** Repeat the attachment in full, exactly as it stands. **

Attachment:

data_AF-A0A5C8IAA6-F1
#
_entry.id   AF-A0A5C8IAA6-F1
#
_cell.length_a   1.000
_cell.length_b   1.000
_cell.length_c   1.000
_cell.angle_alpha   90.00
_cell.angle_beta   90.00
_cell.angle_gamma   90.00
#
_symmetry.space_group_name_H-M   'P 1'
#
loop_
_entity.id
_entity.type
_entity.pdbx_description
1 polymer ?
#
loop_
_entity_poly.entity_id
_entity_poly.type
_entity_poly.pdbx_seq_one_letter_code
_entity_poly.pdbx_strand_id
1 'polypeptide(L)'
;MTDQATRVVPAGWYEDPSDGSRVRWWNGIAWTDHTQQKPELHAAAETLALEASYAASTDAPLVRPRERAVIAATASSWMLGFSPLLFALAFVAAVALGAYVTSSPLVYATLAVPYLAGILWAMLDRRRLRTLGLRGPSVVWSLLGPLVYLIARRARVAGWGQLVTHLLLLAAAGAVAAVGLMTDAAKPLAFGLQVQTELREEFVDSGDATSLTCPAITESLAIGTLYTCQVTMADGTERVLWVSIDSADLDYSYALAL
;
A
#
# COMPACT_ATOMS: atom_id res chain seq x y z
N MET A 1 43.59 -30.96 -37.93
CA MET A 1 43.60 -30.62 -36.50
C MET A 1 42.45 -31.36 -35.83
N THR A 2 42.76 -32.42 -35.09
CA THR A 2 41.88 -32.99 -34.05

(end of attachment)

data_AF-A0A5C8IAA6-F1
#
_entry.id   AF-A0A5C8IAA6-F1
#
_cell.length_a   1.000
_cell.length_b   1.000
_cell.length_c   1.000
_cell.angle_alpha   90.00
_cell.angle_beta   90.00
_cell.angle_gamma   90.00
#
_symmetry.space_group_name_H-M   'P 1'
#
loop_
_entity.id
_entity.type
_entity.pdbx_description
1 polymer ?
#
loop_
_entity_poly.entity_id
_entity_poly.type
_entity_poly.pdbx_seq_one_letter_code
_entity_poly.pdbx_strand_id
1 'polypeptide(L)'
;MTDQATRVVPAGWYEDPSDGSRVRWWNGIAWTDHTQQKPELHAAAETLALEASYAASTDAPLVRPRERAVIAATASSWMLGFSPLLFALAFVAAVALGAYVTSSPLVYATLAVPYLAGILWAMLDRRRLRTLGLRGPSVVWSLLGPLVYLIARRARVAGWGQLVTHLLLLAAAGAVAAVGLMTDAAKPLAFGLQVQTELREEFVDSGDATSLTCPAITESLAIGTLYTCQVTMADGTERVLWVSIDSADLDYSYALAL
;
A
#
# COMPACT_ATOMS: atom_id res chain seq x y z
N MET A 1 43.59 -30.96 -37.93
CA MET A 1 43.60 -30.62 -36.50
C MET A 1 42.45 -31.36 -35.83
N THR A 2 42.76 -32.42 -35.09
CA THR A 2 41.88 -32.99 -34.05